About the Raga: Often quoted as the “King of Carnatic Ragas”, Dhirasankarabharanam, commonly known as Sankarabharanam,  is the 29th Melakarta raga in the 72 Melakarta raga system of Carnatic music. Since this raga has many Gamakas (ornamentations), it is glorified as “Sarva Gamaka Manika Rakti Ragam” in Telugu. Known as Bilawal in the Hindustani music system, this rāga offers a large scope for both melodious & majestic compositions. As it is a Melakarta rāga, by definition it is a Sampurna raga (has all seven notes in ascending (arohana) and descending (avrohana) scale. It is the Shuddha Madhyamam equivalent of 65th Melakarta raga Kalyani. Due to the even spacing of svaras, many janya rāgas can be derived from Sankarabharanam. It is one of the melakarta ragas that has high number of Janya rāgas (derived scales) associated with it. Many of the Janya ragas are very popular on their own, lending themselves to elaboration, interpretation and evoking different moods. Some of them are Arabhi, Atana, Bilahari, Devagandhari, Hamsadhvani, Kadanakutuhalam, Niroshta, Shuddha Sāveri, Purnachandrika, Janaranjani, Kedaram, Kurinji, Navroj, Sarasvati-Manohari, Nagadhvani etc. Sankarabharanam’s notes when shifted using Graha bhedam, yields 5 other major Melakarta ragas, namely, Kalyani, Hanumatodi, Natabhairavi, Kharaharapriya and Harikambhoji.

Sankarabharanam has been decorated with compositions by almost all composers (the Trinities) – Eduta Nilachite, Bhakti Bhikhamiyave, Maryadha Kadhura, Swararagasudharasa, Sundareshwaruni by Tyagaraja; Dakshinamurthe, Sadashivam Upasmahe, Akshayalingavibho and Sri Kamalamba by Muthuswami Dikshitar in Sanskrit, Pogadirelo Ranga by Purandara Dasa, Sarojadala Netri and Devi Minanethri by Syama Shastri in Telugu, Chalamela (Ata Tala Varnam) and Devi Jagath Janani by Swathi Thirunal, Alarulu Kuriyaga by Annamacharya in Telugu. The Hindustani equivalent Bilawal’s origin can be traced to a tribe called the Velavulli. Bilawal, despite its close resemblance to Sankarabharanam has tinges of Bilahari in it. The Indian national anthem is set to tune in Raag Bilawal (Alahaiya Bilawal).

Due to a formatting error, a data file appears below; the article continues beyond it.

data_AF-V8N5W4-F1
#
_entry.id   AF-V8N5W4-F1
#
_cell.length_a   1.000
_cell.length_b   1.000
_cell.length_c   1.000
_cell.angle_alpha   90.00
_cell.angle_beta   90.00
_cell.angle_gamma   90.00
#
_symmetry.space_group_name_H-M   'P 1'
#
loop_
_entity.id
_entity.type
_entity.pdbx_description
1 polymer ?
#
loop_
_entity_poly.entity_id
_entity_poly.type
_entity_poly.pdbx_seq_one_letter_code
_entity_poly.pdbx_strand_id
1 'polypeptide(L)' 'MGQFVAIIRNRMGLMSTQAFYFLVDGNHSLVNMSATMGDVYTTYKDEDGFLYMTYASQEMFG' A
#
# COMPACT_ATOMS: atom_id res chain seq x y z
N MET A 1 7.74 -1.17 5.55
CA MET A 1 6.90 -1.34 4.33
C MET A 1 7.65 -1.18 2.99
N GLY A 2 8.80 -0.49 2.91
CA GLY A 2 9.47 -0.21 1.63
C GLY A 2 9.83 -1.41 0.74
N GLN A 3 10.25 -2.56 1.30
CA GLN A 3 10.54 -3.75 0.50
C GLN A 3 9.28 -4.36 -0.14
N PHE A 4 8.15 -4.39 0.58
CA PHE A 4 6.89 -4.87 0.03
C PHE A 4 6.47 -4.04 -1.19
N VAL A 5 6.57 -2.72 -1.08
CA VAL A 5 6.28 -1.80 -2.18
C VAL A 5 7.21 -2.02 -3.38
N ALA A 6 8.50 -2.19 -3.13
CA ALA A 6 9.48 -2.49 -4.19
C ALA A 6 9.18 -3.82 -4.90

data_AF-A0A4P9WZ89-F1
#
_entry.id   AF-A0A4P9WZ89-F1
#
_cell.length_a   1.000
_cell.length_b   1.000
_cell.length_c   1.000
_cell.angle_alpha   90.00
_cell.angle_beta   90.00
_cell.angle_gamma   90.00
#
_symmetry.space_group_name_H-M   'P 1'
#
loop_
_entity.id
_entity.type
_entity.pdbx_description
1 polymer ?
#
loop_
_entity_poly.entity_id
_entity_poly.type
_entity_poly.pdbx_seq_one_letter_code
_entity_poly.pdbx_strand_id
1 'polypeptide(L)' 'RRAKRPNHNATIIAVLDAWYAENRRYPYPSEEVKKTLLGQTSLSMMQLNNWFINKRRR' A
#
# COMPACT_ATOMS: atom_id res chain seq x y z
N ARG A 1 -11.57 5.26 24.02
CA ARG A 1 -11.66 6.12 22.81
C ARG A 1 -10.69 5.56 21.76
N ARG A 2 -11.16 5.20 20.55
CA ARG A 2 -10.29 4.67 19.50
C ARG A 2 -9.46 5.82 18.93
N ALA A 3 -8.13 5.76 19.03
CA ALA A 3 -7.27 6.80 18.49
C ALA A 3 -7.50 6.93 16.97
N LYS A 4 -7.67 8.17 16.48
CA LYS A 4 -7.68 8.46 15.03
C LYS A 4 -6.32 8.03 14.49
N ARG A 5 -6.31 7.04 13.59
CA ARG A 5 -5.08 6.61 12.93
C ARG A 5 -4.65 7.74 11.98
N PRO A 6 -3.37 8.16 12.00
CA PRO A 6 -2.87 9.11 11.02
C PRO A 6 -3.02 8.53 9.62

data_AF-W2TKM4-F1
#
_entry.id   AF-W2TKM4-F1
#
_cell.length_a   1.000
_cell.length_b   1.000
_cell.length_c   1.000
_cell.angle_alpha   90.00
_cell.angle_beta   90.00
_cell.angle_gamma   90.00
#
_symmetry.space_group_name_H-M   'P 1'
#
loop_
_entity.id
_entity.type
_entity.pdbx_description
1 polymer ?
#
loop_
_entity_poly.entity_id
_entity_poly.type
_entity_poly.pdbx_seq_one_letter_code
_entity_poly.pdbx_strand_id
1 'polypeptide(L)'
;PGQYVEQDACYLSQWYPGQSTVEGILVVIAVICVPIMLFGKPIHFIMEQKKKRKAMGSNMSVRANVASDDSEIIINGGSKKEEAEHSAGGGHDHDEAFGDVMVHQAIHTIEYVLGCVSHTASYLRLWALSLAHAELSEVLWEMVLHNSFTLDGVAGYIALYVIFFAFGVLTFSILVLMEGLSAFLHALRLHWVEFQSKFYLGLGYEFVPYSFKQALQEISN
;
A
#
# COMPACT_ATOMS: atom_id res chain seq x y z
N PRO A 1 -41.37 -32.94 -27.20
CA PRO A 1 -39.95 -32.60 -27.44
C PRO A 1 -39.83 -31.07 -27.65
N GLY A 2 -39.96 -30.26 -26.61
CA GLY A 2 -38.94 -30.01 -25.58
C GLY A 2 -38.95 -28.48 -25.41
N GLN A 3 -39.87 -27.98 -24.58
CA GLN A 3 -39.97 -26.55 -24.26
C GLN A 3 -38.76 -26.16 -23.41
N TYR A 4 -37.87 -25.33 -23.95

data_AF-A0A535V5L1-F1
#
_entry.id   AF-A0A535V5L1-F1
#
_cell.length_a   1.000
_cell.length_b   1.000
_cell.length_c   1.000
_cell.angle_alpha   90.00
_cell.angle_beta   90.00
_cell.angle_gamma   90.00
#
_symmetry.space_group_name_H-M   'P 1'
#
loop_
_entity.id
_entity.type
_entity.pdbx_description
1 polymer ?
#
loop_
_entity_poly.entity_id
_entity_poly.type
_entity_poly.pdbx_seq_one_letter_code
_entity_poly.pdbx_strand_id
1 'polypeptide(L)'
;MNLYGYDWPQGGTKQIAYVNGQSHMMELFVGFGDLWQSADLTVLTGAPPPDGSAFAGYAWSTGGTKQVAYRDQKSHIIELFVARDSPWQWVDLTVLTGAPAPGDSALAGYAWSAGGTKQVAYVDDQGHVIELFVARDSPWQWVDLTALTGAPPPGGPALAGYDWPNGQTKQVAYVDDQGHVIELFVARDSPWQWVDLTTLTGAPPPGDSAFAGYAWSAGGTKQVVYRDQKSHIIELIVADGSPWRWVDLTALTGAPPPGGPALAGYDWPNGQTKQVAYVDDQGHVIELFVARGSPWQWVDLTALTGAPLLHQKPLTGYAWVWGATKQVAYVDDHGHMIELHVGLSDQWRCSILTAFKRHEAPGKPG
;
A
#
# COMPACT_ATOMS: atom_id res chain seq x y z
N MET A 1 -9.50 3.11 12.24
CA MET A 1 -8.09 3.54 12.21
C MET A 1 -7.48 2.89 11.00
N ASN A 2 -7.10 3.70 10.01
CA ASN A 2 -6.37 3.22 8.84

Soundtrack: MaestroDevarajan picked his prized team to render the 5 compositions penned by Vayalar: “Arayilottamundudutha” (K J Yesudas), “Navami Maha Navami” (P Susheela), “Paavanamadhuraanilaye” (P Jayachandran), “Seethapakshi Seethapakshi” (P Susheela) & “Venna Tholkkumudalode” (K J Yesudas).

Reproduced below is the Libretto by Vayalar:

നവമി മഹാനവമി നാഥാ നര്മാധ നധികരൈയില്ല്
നവരാത്രി വളരതും കാമ സുരഭി
 അമ്രുതവര്ഷിനിഗാല സ്വര ദെവതകല്ല്
ആരധിക്കമാരല്ലൊ ദേവി നിന് ആരധിക്കമാരല്ലൊ
സഖിഗലാല് അവരുടെ കരവള്ളികയിലെ
ശങ്കരബരനമായ് ഉണരെനും ഞാണ്‍ ഉണരെനും
 അമര സുന്ദരികല് ഋതു കന്യകകല്
പരിചാരികമാരല്ലോ ദേവി നിന് പരിചാരികമാരല്ലോ
അവരുടെ മണിരത്ന മണി മഞ്ഞുശേയുലെ
അഞ്ജലി മുകുലാമയ് വിടെരെനും ഞാണ്‍ വിടെരെനും

Transliteration

navami maha navami naadha narmadha
nadhi karayil navarathri valarthum kaama surabhi
amruthavarshinikal swara dhevathakal
aaraadhikamaarallo dhevi nin aaraadhikamaarallo
sakhikalaal avarude karavallikayile
shankarabharanamaay unarenam njaan unarenam